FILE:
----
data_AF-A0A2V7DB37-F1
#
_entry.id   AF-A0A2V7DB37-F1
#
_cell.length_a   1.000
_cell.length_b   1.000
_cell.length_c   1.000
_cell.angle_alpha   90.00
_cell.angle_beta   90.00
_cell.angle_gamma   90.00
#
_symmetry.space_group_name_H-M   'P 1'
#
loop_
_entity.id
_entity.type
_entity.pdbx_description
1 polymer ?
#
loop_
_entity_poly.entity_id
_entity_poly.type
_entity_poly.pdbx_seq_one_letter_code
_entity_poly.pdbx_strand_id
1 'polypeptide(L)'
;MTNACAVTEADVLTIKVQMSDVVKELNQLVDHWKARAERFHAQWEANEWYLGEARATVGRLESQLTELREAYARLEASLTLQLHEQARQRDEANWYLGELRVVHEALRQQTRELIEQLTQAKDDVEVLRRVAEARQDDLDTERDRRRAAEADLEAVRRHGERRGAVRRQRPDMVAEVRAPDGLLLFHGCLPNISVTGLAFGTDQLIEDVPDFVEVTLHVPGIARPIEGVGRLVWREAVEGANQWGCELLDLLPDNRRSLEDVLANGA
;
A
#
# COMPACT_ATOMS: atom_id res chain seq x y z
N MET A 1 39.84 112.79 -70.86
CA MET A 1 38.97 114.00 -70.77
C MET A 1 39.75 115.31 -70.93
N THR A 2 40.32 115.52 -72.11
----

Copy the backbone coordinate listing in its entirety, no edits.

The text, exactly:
data_AF-A0A2V7DB37-F1
#
_entry.id   AF-A0A2V7DB37-F1
#
_cell.length_a   1.000
_cell.length_b   1.000
_cell.length_c   1.000
_cell.angle_alpha   90.00
_cell.angle_beta   90.00
_cell.angle_gamma   90.00
#
_symmetry.space_group_name_H-M   'P 1'
#
loop_
_entity.id
_entity.type
_entity.pdbx_description
1 polymer ?
#
loop_
_entity_poly.entity_id
_entity_poly.type
_entity_poly.pdbx_seq_one_letter_code
_entity_poly.pdbx_strand_id
1 'polypeptide(L)'
;MTNACAVTEADVLTIKVQMSDVVKELNQLVDHWKARAERFHAQWEANEWYLGEARATVGRLESQLTELREAYARLEASLTLQLHEQARQRDEANWYLGELRVVHEALRQQTRELIEQLTQAKDDVEVLRRVAEARQDDLDTERDRRRAAEADLEAVRRHGERRGAVRRQRPDMVAEVRAPDGLLLFHGCLPNISVTGLAFGTDQLIEDVPDFVEVTLHVPGIARPIEGVGRLVWREAVEGANQWGCELLDLLPDNRRSLEDVLANGA
;
A
#
# COMPACT_ATOMS: atom_id res chain seq x y z
N MET A 1 39.84 112.79 -70.86
CA MET A 1 38.97 114.00 -70.77
C MET A 1 39.75 115.31 -70.93
N THR A 2 40.32 115.52 -72.11